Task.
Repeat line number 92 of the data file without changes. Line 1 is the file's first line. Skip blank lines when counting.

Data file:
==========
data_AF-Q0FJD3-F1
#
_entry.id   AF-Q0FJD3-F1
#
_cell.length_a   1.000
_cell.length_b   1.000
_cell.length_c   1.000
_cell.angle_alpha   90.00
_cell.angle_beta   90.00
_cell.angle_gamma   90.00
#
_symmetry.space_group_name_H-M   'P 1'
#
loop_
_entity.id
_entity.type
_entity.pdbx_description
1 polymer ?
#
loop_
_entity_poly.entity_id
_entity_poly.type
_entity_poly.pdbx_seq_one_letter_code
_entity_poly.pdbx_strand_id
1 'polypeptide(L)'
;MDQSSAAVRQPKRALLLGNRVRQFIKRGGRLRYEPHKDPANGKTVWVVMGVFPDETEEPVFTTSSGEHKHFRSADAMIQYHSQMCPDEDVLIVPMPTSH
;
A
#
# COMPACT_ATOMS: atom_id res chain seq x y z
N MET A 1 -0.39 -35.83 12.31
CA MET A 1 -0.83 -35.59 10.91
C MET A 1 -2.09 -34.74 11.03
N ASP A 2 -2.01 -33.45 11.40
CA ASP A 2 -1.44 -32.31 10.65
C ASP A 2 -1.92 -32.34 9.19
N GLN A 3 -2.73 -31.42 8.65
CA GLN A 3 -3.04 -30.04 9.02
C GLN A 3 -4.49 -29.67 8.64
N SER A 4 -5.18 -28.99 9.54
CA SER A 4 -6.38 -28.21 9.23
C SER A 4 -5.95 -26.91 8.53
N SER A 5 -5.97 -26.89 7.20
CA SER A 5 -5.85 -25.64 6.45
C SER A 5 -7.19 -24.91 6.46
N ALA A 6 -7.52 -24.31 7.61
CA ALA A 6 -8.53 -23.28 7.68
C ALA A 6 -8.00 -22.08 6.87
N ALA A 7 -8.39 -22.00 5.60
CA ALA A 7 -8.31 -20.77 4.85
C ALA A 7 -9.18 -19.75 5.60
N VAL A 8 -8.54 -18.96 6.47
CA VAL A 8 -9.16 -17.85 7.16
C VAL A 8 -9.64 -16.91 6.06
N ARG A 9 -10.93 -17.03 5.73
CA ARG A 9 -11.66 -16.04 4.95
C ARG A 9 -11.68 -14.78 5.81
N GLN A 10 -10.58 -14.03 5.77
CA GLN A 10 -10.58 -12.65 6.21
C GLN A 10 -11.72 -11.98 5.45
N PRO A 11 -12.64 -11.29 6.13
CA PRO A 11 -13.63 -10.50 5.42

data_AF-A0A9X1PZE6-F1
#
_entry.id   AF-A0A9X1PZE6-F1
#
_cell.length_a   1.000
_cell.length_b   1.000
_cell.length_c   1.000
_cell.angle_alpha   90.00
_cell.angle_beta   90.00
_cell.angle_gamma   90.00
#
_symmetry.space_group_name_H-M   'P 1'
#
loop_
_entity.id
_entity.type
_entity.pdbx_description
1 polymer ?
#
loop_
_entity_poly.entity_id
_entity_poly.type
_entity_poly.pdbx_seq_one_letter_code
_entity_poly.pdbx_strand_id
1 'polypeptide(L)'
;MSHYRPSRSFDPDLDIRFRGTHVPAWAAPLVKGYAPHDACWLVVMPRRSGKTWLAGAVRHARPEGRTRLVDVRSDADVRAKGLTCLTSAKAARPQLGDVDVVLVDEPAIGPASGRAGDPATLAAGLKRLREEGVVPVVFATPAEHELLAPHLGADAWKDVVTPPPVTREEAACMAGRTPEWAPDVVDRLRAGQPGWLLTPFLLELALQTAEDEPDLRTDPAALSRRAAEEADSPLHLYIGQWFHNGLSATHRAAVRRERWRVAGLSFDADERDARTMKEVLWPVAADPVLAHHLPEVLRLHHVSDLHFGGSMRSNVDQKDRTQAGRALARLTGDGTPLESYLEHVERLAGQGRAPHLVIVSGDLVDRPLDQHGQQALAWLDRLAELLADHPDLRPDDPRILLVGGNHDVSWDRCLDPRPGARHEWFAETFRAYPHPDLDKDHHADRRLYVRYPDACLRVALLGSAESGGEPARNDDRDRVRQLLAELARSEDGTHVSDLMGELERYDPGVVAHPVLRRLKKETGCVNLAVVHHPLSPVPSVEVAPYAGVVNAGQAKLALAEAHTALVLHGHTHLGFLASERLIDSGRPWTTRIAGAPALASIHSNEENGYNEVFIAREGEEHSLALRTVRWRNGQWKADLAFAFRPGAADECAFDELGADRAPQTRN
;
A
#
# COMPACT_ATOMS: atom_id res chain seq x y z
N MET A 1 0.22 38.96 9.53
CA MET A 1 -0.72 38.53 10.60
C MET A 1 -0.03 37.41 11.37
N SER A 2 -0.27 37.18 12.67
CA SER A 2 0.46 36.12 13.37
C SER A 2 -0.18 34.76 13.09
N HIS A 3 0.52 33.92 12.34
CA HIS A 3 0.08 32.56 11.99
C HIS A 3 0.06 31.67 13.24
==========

# COMPACT_ATOMS: atom_id res chain seq x y z